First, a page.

 Mahama, John Dramani. My First Coup D’Etat. Pages 1-160.
Week Two: Colonialism and Independence
 Mahama, John Dramani. My First Coup D’Etat. Pages 160-318.
Week Three: Current African Political Setting
 **Joel Barkan. 2002. The Many Faces of Africa. Harvard International Review 24(2). (Via
ProQuest on library website.)
 Gettleman, Jeffrey. 2013. The Global Elite’s Favorite Strongman. New York Times.
 Flood, Zoe. 2013. Kenyan Supreme Court Upholds Kenyatta Election Win. The Telegraph.
 Election Observation Group. 2013. The Results are Consistent with Election Observation
Group’s Parallel Vote Tabulation.
UNIT TWO: Structure of Society
Week Four: Ethnicity
 Sero-Wiwa, Noo. Looking for Transwonderland. Prologue – Chapter 5.
Week Five: Celebrations
 Sero-Wiwa, Noo. Looking for Transwonderland. Chapters 6-12.
 Hirsch, Agua. 2013. Ghanaians call for Fridays off as Funerals Take Over Weekends. The
 Mgamba, Richard. 2008. How to say “I do” to the Wedding Committee. The Mail and
Week Six: Family Structures
 Sero-Wiwa, Noo. Looking for Transwonderland. Chapters 13-16
 Meintjes, Helen et al. 2012. Child-Headed Households in South Africa: A Statistical Brief.
 Associated Press. Uganda to Pass Anti-Gay Law as “Christmas Gift”. 2012. USA Today.
 Africa’s First Traditional Gay Wedding? 2013. The Huffington Post.
Week Seven: Women in Family and Society
 Abby Morrow Richardson. Women’s Inheritance Rights in Africa: The Need to Integrate
Cultural Understanding and Legal Reform. Human Rights Brief.
 Matthews, Shazaan et al. 2004. Every Six Hours a Woman is Killed by her Intimate Partner.
MRC Policy Brief.
 Powley, Elizabeth. 2005. Rwanda: Women Hold Up Half of Parliament. In Women in
Parliament: Behind the Numbers.
 Devlin, Claire and Robert Elgie. 2008. The Effect of Increasing Women’s Representation in
Parliament. Parliamentary Affairs 61(2).
Week Eight: Midterm Review and Midterm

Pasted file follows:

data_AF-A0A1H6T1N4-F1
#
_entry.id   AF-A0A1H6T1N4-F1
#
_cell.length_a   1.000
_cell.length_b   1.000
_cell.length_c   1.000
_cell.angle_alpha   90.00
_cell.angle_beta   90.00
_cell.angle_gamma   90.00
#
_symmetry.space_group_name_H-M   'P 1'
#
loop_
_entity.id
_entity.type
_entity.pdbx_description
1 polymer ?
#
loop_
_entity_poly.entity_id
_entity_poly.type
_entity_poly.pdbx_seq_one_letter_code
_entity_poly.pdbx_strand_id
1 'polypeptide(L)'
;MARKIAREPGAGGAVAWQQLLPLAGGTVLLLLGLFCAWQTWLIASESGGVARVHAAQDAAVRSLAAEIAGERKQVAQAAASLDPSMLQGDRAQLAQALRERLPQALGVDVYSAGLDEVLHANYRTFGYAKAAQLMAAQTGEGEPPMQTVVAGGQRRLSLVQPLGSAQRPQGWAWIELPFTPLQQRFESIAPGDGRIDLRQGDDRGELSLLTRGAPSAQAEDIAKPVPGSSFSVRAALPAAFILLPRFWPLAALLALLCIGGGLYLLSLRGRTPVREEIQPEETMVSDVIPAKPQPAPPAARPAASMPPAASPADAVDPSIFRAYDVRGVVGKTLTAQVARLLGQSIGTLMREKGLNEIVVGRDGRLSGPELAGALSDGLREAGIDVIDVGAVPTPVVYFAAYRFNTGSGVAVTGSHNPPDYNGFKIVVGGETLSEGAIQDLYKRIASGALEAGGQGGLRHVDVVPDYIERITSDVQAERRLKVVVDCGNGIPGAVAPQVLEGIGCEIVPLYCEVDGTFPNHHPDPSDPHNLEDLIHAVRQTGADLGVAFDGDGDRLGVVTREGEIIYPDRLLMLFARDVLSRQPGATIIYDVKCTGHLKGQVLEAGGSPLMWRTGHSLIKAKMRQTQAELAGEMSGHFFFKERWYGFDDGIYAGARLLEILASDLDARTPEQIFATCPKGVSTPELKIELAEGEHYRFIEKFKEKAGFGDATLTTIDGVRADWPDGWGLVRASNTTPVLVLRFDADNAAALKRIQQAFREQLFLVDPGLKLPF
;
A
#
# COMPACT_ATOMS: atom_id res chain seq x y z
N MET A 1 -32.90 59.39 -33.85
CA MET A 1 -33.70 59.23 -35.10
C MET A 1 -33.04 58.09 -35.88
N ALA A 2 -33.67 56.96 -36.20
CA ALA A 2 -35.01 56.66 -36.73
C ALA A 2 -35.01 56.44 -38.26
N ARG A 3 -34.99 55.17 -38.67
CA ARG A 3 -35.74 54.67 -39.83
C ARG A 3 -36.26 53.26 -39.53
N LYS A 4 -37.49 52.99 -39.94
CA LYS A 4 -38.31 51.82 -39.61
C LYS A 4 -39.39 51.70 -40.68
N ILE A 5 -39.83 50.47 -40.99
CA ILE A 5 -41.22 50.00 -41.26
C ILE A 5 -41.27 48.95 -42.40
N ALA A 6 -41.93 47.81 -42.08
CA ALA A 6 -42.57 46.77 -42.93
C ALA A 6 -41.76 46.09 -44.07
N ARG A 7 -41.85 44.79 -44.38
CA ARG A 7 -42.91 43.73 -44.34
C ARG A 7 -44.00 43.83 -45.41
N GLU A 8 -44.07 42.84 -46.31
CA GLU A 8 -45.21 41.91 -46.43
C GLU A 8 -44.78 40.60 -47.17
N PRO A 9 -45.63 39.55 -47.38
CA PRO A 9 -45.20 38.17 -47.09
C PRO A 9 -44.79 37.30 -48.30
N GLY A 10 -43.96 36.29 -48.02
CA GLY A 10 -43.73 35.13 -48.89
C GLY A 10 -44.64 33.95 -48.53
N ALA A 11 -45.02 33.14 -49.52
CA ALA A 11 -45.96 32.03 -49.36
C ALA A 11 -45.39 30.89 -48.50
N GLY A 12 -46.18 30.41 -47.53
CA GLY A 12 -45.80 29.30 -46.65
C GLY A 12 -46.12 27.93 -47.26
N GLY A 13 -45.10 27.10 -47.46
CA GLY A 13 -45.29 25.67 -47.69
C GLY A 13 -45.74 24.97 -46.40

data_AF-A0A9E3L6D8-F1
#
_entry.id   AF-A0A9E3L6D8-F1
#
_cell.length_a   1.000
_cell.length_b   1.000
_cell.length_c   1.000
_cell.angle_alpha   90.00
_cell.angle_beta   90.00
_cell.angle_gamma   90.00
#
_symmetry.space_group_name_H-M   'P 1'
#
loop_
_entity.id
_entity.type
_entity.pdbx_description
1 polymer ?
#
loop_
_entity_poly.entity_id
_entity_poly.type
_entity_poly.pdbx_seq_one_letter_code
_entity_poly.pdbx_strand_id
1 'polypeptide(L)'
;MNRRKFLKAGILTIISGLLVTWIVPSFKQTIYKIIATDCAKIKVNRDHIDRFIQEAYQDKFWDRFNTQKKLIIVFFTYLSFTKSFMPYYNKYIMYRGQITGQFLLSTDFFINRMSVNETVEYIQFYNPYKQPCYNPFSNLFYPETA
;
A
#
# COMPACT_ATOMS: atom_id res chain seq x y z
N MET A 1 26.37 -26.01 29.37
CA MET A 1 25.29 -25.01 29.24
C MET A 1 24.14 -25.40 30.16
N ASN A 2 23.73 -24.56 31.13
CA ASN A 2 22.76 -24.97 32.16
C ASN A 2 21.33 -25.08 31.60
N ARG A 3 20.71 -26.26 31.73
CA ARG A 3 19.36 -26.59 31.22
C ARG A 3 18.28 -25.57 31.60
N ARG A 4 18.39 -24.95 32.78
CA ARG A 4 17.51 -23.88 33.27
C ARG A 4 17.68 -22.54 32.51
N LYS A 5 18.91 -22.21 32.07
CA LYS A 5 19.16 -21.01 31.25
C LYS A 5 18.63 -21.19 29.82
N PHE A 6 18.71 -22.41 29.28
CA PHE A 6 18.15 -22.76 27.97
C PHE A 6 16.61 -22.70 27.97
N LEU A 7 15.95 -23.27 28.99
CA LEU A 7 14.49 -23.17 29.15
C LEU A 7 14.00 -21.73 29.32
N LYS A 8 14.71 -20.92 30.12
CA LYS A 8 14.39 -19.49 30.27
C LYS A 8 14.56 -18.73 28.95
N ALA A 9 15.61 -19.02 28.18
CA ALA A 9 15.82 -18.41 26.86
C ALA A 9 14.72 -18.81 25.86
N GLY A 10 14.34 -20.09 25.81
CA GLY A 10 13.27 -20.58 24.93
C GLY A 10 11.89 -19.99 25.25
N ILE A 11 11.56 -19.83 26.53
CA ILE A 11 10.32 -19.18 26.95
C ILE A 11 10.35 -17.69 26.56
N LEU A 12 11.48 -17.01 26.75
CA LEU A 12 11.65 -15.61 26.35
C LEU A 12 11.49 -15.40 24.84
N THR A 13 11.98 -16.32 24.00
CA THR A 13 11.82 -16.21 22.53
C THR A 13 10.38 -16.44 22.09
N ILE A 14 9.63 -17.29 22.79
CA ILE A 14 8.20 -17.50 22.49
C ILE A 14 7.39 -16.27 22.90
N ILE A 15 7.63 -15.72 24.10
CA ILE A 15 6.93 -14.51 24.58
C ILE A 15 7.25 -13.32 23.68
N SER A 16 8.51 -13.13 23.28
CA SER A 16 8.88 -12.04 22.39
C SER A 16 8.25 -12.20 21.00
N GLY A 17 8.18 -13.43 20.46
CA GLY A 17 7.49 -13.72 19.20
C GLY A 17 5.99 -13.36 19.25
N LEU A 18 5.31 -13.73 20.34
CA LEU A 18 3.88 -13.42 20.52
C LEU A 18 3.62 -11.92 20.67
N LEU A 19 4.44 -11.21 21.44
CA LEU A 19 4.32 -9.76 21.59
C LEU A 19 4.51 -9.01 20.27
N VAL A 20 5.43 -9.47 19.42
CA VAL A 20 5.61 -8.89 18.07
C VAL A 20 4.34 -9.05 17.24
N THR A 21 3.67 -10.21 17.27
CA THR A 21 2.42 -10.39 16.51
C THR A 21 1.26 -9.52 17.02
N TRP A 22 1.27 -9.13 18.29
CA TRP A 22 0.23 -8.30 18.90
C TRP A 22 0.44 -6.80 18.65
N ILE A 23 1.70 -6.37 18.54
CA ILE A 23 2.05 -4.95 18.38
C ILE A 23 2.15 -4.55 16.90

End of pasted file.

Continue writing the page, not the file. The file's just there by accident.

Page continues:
UNIT THREE: Religion and the Supernatural
Week Nine: African Traditional Religion
 Ashforth, Adam. Madumo: A Man Bewitched. Chapters 1-10
Week Ten: Christianity and Islam
 Ashforth, Adam. Madumo: A Man Bewitched. Chapters 10-20
 Mwangi, Isaac. As Religion Grows, So Does Inter-Faith Conflict in Africa. 2012. The East
UNIT FOUR: Economic Development
Week Eleven: Poverty
 Banerjee, Abhijit and Esther Duflo. 2007. The Economic Lives of the Poor. Journal of
Economic Perspectives 21(1).
 UNICEF. 2008. A Snapshot of Drinking Water and Sanitation in Africa.
 Porter, Gina et al. 2012. Child Porterage and Africa’s Transportation Gap. World
 Simwanza, Obert. 2013. Populist No More: Sata Scraps Food Subsidy. Africa Review.
Week Twelve: Economic Resources
 Copson, Raymond. 2004. Africa: Development Issues and Policy Options. Pages 1-24.
Congressional Research Service Brief.
 Taylor, Scott. 2009. Labor Markets in Africa: Multiple Challenges, Limited Opportunities.
Current History.
 **Radelet, Steven. 2010. The Coming of the Cheetahs. Chapter 7 In Emerging Africa. (On
course website)
 Innovation in Africa: Upwardly Mobile. 2012. The Economist.
Week Thirteen: Health Crisis
 Gallup, John Luke and Jeffrey Sachs. The Economic Burden of Malaria. American Journal of
Tropical Medicine and Hygiene.
 **Philip J Hilts. Changing Minds: Botswana Beats Back AIDS. Chapter Four in Rx for Survival:
Why We Must Rise to the Global Challenge (On course website)
 Boseley, Sarah. 2008. Mbeki AIDS Policy Led to 330,000 Deaths. The Guardian.
 Kielty, Matthew. 2013. Nodding Syndrome: A Devastating Medical Mystery in Uganda. NPR.
Week Fourteen: International Response
 Dambisa Moyo. Why Foreign Aid is Hurting Africa. Wall Street Journal.
 Nicolas Kristof. Aid: Can it Work. New York Review of Books.
 Wachman, Richard. 2011. South Africa Resists March of Walmart. The Guardian.
 Vines, Alex. China in Africa: A Mixed Blessing? Current History
Week Fifteen: Catch-up and Final review